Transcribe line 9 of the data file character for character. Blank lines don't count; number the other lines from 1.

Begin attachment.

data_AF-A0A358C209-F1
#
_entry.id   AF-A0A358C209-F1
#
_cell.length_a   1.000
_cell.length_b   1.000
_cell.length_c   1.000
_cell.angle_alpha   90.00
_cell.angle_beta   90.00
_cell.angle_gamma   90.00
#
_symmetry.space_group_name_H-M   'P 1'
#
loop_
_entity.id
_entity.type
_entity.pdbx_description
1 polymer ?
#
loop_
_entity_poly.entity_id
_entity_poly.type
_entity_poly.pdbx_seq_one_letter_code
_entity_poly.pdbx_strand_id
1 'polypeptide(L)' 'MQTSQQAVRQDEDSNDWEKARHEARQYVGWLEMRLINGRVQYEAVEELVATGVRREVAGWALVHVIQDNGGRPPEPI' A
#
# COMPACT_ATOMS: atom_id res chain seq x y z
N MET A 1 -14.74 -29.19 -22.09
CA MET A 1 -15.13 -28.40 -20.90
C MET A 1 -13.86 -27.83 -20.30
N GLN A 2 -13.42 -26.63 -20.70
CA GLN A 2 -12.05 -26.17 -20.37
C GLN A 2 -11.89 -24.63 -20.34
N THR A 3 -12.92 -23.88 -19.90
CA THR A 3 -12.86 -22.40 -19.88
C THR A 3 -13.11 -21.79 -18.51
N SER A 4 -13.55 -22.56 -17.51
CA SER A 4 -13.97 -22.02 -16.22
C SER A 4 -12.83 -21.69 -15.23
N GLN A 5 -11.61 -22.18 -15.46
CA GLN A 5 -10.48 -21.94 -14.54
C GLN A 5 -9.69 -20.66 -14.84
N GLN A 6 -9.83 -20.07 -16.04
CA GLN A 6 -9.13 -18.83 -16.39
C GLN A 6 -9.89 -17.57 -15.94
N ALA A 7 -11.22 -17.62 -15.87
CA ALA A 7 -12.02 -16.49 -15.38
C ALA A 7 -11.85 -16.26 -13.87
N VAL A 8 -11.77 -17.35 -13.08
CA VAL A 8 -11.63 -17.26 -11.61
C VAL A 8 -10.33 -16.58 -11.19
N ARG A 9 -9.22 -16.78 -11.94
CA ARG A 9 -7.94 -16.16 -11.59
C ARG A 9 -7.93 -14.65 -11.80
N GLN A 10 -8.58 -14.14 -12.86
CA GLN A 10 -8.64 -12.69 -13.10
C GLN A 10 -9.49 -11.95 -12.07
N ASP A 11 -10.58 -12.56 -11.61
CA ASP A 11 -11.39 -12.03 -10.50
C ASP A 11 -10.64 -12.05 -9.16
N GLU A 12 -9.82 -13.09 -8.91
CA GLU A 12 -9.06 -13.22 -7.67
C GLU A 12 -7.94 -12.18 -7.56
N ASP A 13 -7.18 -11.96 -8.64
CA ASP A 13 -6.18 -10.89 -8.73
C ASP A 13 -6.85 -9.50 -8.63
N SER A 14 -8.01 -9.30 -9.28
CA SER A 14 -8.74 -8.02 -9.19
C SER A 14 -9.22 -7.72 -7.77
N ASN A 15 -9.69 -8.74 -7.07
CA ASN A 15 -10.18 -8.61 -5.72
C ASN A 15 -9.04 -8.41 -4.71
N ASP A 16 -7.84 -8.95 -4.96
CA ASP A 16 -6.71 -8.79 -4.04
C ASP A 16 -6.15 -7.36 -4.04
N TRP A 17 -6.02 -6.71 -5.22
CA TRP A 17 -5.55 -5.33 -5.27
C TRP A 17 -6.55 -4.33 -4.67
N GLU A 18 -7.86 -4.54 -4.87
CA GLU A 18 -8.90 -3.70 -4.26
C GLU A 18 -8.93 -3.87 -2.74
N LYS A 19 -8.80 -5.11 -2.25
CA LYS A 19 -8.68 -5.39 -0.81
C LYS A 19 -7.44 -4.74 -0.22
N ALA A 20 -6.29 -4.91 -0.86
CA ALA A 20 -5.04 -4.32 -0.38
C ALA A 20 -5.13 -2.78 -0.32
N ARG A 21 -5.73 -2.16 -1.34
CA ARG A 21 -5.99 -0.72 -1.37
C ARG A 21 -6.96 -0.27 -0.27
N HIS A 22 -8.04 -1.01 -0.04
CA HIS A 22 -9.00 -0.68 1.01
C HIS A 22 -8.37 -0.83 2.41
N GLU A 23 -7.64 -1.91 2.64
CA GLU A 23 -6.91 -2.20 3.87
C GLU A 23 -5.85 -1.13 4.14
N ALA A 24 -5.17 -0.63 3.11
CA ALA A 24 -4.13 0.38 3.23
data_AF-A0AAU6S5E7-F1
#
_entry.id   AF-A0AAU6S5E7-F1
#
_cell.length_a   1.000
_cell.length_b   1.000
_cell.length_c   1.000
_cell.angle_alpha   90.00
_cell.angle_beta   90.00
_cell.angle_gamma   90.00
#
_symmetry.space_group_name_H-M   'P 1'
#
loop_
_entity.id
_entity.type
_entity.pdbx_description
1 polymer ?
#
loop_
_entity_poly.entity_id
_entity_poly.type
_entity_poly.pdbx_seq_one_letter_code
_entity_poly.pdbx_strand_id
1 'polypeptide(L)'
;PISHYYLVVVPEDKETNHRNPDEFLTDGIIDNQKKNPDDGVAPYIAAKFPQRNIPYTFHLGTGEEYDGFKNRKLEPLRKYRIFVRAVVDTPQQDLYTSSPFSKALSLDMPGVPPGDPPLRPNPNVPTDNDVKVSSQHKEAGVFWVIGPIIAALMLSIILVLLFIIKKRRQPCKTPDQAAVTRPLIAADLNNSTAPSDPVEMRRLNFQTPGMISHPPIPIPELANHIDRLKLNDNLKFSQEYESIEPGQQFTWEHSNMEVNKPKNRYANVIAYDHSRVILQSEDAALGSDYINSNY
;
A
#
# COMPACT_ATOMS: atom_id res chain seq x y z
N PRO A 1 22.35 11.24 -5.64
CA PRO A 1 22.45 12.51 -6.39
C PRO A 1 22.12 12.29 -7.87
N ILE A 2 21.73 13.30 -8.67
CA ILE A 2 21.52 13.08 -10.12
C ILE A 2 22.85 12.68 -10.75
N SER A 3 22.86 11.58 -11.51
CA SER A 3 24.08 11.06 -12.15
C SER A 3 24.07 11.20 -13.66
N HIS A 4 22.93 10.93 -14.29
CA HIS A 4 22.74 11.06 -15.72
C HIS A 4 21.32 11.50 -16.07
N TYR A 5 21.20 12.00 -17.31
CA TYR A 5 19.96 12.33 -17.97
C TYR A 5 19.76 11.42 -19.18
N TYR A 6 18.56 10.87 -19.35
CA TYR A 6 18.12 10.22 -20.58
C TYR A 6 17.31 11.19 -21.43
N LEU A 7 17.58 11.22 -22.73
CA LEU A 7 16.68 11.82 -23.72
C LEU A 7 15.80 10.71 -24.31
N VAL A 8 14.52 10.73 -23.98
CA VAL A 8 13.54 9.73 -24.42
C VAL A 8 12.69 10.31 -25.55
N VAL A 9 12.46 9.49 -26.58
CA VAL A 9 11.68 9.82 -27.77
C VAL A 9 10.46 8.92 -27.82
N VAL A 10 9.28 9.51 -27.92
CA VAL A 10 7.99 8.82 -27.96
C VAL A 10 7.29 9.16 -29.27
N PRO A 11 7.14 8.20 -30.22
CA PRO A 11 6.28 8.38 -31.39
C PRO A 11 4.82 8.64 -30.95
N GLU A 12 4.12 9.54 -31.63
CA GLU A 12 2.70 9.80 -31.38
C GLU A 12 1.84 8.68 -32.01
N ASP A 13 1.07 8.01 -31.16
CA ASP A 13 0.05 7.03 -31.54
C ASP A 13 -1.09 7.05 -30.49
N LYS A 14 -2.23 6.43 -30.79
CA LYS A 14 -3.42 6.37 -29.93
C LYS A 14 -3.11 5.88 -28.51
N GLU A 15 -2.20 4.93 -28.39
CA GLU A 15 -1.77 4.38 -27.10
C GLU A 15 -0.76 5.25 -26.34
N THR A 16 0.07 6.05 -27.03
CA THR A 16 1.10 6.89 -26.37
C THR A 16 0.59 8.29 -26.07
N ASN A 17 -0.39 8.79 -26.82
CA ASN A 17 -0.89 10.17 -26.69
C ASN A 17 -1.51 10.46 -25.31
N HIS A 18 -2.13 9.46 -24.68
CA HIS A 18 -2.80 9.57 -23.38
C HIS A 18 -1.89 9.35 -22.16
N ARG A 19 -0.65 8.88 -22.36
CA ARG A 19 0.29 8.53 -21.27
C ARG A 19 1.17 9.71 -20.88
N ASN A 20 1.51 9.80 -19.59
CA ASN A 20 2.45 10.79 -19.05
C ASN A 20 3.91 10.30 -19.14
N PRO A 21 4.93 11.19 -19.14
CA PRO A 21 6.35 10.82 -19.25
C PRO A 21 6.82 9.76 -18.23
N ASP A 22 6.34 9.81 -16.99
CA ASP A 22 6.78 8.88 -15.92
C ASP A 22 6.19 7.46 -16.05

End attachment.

_cell.angle_beta   90.00